Bonus Lesson: Keep all the Fingers Down? (Question Response)

  1. Thom
  2. March 16, 2009 10:35 pm

Hello! I get a lot of comments and questions on this site, and I do my best to answer all of them directly on the comments. Sometimes, however, questions come up that I have come across in the past in teaching but didn’t think to address on this site. This is one such question:

Nicola wrote,

“Dear Thom! It has always been a childhood dream of mine to learn to play the violin and I have been practicing by myself for at least two hours a day for two weeks so far. I’m 41 and just thought, DO IT! but I don’t have enough money for private lessons. I was having trouble with bowing and then found your site! Oh my gosh! You have helped me sooo much and made me even more determined. But I have one HUGE problem, which none of my books seem to answer, or seem to contradict themselves. When you play, for instance, G on the D string, do you keep ALL three fingers down, or just put down the third finger? And when you move from B on the A string, to G on the D string, do you have to quickly put down all three fingers again to play G? Or just play B, then reach over with the third finger and play G on the A string? This is a problem with other notes, too. As you move up the notes, do you have to keep ALL fingers down? Many thanks for you wonderful lessons. Nicola in the UK!”

Hello Nicola,

While it is not totally necessary to keep all your fingers down to produce the pitch, you SHOULD get in the practice of keeping your fingers down for ease of playing. It is much easier to do ONE action rather than TWO (i.e. lifting your 2nd finger F# and putting down your 3rd finger G).

When switching strings, you do not need to put all 3 fingers down to “climb” up to G. Like you said, going from B on the A string to G on the D string, just anticipate the G by having your 3rd finger hovering over the G, or even down on the stringer if you have learned how to put your finger down (alternating fingers exercise) without muting the string next to it :D

Short answer: Yes, keep your fingers down as much as possible.

Thank you for the great question, keep them coming!

11 Comments

  1. Shiela says:
    Posted May 26, 2009 at 11:36 pm | Permalink

    I’m still a beginner (I’ve been playing for almost 2 months now) and I sometimes have the problem of keeping all my fingers down especially when I use my pinky or when I need to play the note wherein my middle finger is close to my index finger (like C natural for instance) I have a hard time keeping my middle finger close to my index finger… When I have to press my three or four fingers all together(including the pinky), my middle finger sticks out and it goes down later than the other fingers. Also, I tend to exert some pressure on my thumb (in order to reach with my pinky while placing my middle finger close to my index finger). My teacher said that my violin is a bit big for me(it’s 4/4) but that is something I can’t do anything about anymore(I’m 15 years old by the way)… It’s kinda making my fingers hurt (especially my thumb and my index finger because my having a hard time placing my middle finger close to it puts pressure on my index finger)… I hope you can help me with this problem (I’m using the Suzuki method book and I’m working on the Minuets, I started to notice this problem when I played the 12th song-Etude. I can play the songs (somehow) but sometimes my fingers don’t EXACTLY go to the tapes)… I need advice on what I can do (without having to buy another violin)… Great videos by the way!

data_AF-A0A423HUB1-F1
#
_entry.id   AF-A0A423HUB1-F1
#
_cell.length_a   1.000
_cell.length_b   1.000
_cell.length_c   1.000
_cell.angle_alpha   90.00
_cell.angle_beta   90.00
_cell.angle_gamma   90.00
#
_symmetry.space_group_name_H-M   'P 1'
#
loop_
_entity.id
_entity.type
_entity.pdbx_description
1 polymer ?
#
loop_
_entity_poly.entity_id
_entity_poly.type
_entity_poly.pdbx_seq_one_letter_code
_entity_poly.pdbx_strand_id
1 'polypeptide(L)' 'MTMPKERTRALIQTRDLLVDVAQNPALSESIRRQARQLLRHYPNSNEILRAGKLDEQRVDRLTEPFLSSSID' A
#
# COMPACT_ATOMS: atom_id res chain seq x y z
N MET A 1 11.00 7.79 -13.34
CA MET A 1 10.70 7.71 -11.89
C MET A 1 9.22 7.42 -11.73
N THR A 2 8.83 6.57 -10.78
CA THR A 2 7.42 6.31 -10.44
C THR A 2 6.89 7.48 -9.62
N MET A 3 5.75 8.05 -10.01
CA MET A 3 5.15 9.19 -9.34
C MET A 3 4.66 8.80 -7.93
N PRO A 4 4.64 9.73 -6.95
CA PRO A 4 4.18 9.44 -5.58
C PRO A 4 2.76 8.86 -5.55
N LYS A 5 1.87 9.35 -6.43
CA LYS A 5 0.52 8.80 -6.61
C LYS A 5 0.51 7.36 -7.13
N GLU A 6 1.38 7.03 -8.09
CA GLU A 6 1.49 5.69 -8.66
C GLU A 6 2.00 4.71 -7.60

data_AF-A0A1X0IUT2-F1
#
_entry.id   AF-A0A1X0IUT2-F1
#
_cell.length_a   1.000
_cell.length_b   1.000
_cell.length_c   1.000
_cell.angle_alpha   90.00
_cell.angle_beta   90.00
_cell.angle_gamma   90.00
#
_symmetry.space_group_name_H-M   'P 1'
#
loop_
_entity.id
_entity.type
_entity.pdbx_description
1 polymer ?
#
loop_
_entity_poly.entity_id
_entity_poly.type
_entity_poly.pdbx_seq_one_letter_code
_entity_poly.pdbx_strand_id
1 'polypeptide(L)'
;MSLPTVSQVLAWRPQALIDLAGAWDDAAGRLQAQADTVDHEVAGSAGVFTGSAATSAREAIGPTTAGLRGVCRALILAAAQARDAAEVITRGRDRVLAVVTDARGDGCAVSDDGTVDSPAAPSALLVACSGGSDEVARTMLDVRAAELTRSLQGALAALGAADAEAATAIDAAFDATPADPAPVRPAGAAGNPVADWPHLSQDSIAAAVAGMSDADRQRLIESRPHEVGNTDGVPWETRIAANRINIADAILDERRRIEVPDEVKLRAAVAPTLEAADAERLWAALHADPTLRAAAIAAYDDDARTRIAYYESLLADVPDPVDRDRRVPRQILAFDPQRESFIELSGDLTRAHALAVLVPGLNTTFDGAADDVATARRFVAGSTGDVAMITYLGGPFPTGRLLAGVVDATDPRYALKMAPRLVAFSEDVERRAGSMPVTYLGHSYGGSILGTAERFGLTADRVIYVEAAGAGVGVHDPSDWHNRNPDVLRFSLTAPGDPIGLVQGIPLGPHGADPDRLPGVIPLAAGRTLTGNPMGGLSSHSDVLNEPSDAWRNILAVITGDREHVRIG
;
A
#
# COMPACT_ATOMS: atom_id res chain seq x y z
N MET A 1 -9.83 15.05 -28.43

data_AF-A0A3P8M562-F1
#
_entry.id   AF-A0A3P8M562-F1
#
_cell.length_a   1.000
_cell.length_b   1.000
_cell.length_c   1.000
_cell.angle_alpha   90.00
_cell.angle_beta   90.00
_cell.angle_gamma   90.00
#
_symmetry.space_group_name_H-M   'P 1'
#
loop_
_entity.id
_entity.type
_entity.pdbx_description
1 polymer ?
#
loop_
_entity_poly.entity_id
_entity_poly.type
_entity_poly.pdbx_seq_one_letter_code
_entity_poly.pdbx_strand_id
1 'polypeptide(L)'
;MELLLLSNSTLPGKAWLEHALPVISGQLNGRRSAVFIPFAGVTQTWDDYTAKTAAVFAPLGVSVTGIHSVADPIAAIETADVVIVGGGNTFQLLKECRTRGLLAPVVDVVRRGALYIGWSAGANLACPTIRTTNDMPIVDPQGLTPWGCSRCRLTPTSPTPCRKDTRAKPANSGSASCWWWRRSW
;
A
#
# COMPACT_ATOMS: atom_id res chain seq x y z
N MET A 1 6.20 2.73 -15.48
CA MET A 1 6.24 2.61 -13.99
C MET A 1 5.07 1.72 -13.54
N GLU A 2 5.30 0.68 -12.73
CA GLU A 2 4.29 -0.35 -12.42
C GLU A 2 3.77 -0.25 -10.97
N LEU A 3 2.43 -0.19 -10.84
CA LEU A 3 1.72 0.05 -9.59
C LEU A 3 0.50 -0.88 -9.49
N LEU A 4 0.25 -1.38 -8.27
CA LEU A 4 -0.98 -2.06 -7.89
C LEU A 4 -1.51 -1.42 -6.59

• Thank you Shiela!

      If your teacher comments your violin is big for you, that very well could be the case. While many of my friends switched to a full size around 13 or 14, I didn’t get my own full size until I was 16! A good friend of mine played a 3/4 through most of high school until he finally hit a growth spurt.

      Sometimes you do have to go back to basics, if you learned bad habits it can be hard to undo them. Spend some time focusing on actually keeping fingers down while playing. My Alternating Fingers exercise is a good start. Try using it on different strings with different finger patterns (ex. using a low 2 or a high 3).

      You say that you are exerting pressure on your thumb to reach your fourth finger. Try this experiment:
      -Put your 1st finger down and reach your 4th up as high as you can without moving the 1st.
      -Now put your 4th finger down and reach your first as far back as you can. Notice how much more range your hand has reaching BACK to the 1st finger rather than UP to the 4th!
      So keeping that in mind; reach back when having a long stretch of fingers, practice your basics with alternating fingers, and look into trying out a 3/4 size to see how it fits!

      Hope that helps!

  2. Jason says:
    Posted June 7, 2009 at 10:48 am | Permalink

    Hi Tom,

    I’m just starting to learn the violin and find your videos to be very helpful. I now know the fingering chart and finger positions. However, my question is when reading the sheet music, for example, how do I know whether to play B with the first finger on the A string, or B with the second finger on the G string, or B played with the fourth finger on the E string. I am not sure how to read the notes on the violin in relation to the notes on the sheet music.

    Thank-you.

    Jason

    • Hello Jason!
      Great question! While its great that you’re excited and pushing forward, don’t get ahead of yourself too quickly. You will notice that each note, or each B in the instance of your question is pitched higher or lower than the others.

      The first B that you will learn on Stringsavvy is on the A string, and is marked by a note on the middle line on the staff. That B will always require that pitch to be played. The B on the G string will be marked by a note one ledger line below the staff, and the B on the E string is two ledger lines above.

      Following along in your Essential Elements book will help make this clearer. Hope that helps!